Dead-eye Wiltjer gives Zags unstoppable weapon

At about the time Kyle Wiltjer hit his fifth consecutive shot in the first half of Gonzaga’s 87-68 win over Iowa in the NCAA tournament’s round-of-32 on Sunday afternoon, it became obvious who this kid looks like.

He’s Adam Morrison with a haircut and a shave.

He’s got that same cold-blooded jump shot, and the scorer’s mentality that everything he tosses up is going to go in.

The difference is that he tries to play defense, which may not be the best approach since foul trouble caused him to play only 25 minutes against the Hawkeyes.

But in that time, the 6-10 junior forward pumped in 24 points, missing only two of 12 shots. Importantly, he was the vanguard of the shock-and-awe Zag attack in the first half, when they went up 46-29 on the strength of 62.1 percent shooting.

The bullet points of this one were obvious: With a talented roster balanced between big and perimeter players, they head into a regional semifinal game against UCLA.

But it was Wiltjer who makes this club different from some recent editions. Iowa was helpless against him. He scored on jump shots from nearly 30 feet to baseline slashes and put-back hoops. He even added seven rebounds.

It’s been obvious he had this in him, pouring in 45 points against Pacific one night this season. But big games against Pacific don’t draw the kind of attention as dominating an NCAA tournament opponent.

When asked a general question about the Zags’ 17 consecutive NCAA tournament appearances, coach Mark Few said it’s always been “about being able to attract the great players.”

That is certainly the case with Wiltjer, a prep All-American from Portland. As a West Coast kid, he was familiar with Gonzaga. His father, Greg, also played junior college ball nearby at North Idaho College in Coeur d’Alene.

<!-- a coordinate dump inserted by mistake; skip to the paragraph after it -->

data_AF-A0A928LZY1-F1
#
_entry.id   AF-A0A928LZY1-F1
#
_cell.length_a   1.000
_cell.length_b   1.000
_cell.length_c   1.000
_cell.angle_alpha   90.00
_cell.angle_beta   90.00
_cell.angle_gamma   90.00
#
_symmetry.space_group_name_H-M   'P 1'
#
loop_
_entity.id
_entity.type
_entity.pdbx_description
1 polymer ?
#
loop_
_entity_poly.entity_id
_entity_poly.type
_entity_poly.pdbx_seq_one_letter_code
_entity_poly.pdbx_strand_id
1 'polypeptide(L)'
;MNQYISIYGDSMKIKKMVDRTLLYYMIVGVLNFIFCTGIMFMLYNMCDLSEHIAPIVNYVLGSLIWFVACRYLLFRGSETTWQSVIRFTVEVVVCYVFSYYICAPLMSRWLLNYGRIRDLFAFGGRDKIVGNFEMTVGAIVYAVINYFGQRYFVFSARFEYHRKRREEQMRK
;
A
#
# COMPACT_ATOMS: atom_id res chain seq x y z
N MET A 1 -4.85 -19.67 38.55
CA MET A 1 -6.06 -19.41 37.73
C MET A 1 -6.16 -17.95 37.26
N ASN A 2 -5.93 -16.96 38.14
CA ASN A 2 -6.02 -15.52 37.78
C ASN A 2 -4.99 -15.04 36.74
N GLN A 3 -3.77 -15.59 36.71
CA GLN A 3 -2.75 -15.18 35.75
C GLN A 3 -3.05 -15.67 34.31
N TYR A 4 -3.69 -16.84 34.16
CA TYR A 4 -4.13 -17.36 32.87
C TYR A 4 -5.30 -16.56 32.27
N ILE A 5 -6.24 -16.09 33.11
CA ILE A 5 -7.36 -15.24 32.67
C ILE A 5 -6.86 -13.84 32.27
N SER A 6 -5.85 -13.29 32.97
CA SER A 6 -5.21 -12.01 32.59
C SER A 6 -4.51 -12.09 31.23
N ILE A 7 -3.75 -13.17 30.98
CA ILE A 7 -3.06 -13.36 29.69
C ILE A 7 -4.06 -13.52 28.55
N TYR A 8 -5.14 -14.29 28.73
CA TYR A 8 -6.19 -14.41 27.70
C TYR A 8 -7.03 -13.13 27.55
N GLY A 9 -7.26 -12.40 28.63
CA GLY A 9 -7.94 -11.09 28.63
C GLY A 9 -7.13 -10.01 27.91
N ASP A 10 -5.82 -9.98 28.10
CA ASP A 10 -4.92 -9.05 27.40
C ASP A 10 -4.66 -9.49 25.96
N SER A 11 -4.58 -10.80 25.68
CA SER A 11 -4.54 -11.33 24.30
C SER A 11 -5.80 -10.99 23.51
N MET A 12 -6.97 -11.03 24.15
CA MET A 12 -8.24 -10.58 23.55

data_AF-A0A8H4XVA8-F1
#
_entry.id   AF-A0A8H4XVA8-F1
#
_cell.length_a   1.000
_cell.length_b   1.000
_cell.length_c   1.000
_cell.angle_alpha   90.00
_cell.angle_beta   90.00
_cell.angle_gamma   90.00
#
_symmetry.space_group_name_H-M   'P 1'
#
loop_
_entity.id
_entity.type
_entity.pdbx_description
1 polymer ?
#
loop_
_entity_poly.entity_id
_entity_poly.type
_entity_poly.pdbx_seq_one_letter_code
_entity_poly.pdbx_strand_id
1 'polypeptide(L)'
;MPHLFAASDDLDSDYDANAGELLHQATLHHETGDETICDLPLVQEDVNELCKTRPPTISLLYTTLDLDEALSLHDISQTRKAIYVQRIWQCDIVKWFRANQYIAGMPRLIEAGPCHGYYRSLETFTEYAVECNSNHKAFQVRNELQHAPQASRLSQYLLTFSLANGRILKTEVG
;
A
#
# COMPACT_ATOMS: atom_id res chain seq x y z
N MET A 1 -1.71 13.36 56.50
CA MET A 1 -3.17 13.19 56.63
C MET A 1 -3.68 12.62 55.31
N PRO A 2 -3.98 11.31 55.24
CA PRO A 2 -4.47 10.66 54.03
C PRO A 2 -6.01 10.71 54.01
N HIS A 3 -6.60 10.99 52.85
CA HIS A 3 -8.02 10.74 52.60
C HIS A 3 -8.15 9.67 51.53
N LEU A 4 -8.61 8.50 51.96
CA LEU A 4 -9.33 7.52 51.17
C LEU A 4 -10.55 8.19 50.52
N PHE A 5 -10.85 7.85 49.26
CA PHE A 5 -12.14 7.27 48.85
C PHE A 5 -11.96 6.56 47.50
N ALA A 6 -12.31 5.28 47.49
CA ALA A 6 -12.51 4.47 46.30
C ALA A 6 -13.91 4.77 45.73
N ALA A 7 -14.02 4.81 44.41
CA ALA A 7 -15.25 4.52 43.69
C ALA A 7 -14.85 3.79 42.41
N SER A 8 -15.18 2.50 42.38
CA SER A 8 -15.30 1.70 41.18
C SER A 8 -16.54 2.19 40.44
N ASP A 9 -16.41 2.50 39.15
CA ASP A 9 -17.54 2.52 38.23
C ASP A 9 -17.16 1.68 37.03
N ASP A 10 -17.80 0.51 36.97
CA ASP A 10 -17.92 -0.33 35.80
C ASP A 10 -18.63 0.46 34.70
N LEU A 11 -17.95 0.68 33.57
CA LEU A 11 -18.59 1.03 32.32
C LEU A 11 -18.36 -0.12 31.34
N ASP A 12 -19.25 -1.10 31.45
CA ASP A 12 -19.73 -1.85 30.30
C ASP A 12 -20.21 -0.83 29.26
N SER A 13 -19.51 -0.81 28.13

But Wiltjer was a thoroughbred, and signed with Kentucky, as a member of a national title team as a freshman, and the Southeastern Conference sixth man of the year as a sophomore.

The steady cycling in of All-Americans at Kentucky caused him to consider his future, and he transferred to Gonzaga and sat out last year. The Zags gave him the Kelly Olynyk treatment during that off year, building him up in the weight room, and working on his fundamentals.

He’s stronger and he defends, in stretches, and when he’s feeling it with the shot, look out.

“To be a good shooter, you have to have the confidence to shoot the next one,” Wiltjer said. “But tonight, when you get on a roll and my teammates do such a good job of finding me, you just get more and more confident. That’s what I was doing in the first half, and I’m just glad they were going in.”

Wiltjer fills so many roles for the Zags now, that he even took his appearance on the postgame dais as an opportunity to ask an “interview” question to bashful teammate Domas Sabonis. Being from overseas, what’s it like being a part of March Madness? Wiltjer asked.

Good question. Sabonis said he loved the emotion when he watched it on television, and wanted to be a part of it.

Wiltjer also is taking part in planning the Zags’ road itinerary. He said he was motivated to have a big game because Gonzaga was going to a “burger joint” for dinner Saturday night, and passing by Wiltjer’s favorite restaurant — Benihana. He voiced a beef about the restaurant selection, and an assistant told him they’d find a Benihana in Houston in the Sweet 16 next week if they won Sunday.

“So, I’m hyped,” Wiltjer said.

Hyped, yes. Although not over-hyped.

But a nation of college basketball watchers is now getting an eyeful of Wiltjer, no longer a cog at Kentucky, but a major star for the Zags.